A: That's kind of an issue, actually. To be fair, the film doesn't fudge the numbers -- everyone here is attending their 13-year high school reunion. In passing, Kevin mentions that the 10-year reunion never caught traction, but that fellow graduates of the Class of 1999 seem really into the idea of a 13-year reunion. Movie magic, everyone!
Q: What will I like about American Reunion?
A: Well, if you can get past the first 45 minutes of the film -- which, frankly, are pretty bad -- "American Reunion" shifts gears, slightly, into something a little more poignant about the aging process of human beings.
Q: Did you just use the word "poignant" in reference to an American Pie movie?
Q: I can see the word right in front of me. I mean, it's right there. Here, let me use the cut and paste feature on my computer to reprint that sentence: "something a little more poignant."
Q: What will I not like about American Reunion?
A: Unfortunately, these poignant moments are too few and few between. For instance, Jim makes a speech about how the destruction of property is bad because there are consequences -- a very adult thing to say. Then, seconds later, the five proceed to destroy two jet skis with no consequences.
Q: Seriously, you just used the word poignant again.
Q: How is the "raunchy" humor in American Reunion?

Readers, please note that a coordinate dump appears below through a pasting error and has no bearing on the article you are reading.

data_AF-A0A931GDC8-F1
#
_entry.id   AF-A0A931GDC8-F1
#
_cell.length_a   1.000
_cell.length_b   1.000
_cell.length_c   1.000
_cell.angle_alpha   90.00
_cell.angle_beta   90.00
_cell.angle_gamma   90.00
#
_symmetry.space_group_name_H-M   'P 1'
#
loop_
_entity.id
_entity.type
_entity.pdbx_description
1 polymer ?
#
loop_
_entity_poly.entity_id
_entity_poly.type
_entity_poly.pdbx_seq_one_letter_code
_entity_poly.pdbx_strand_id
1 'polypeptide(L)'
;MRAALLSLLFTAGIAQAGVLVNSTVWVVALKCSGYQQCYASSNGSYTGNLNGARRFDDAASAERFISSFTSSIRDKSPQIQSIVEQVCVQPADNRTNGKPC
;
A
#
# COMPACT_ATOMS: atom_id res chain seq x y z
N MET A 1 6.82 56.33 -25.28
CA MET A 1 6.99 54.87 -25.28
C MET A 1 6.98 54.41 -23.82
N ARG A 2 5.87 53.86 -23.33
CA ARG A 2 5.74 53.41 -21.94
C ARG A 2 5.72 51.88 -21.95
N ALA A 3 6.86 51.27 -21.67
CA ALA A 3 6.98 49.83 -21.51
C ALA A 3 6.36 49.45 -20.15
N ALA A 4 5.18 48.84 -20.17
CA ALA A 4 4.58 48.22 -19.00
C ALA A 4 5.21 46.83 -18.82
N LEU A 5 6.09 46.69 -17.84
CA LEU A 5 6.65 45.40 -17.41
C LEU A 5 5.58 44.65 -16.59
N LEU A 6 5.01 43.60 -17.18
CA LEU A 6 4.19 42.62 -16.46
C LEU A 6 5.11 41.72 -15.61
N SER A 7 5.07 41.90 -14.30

A: Not that raunchy. But, yes, there is a scene in which a character defecates into a cooler.
Q: Was the character Stifler?
A: The opposite of surprisingly, yes.
Q: So Stifler is embarrassed of his current career path, but not embarrassed to defecate into a cooler?
A: This is the biggest problem with a now 31-year-old Steve Stifler: His shtick isn't funny. It just makes me wonder if he has a serious mental issues. I found myself very concerned for him and I think any reasonable adult would have him committed.
Q: While watching American Reunion who did Stifler remind you of?
A: Tom Hanks in Big. I don't mean that as a compliment. Seann William Scott's vocal patterns were awfully similar to those that Hanks used when he was pretending to be a 12-year-old boy. Only, here, Scott is playing a character that is 31. Stifler used to come off as "cocky," now he comes off as "actor trying tying to play younger."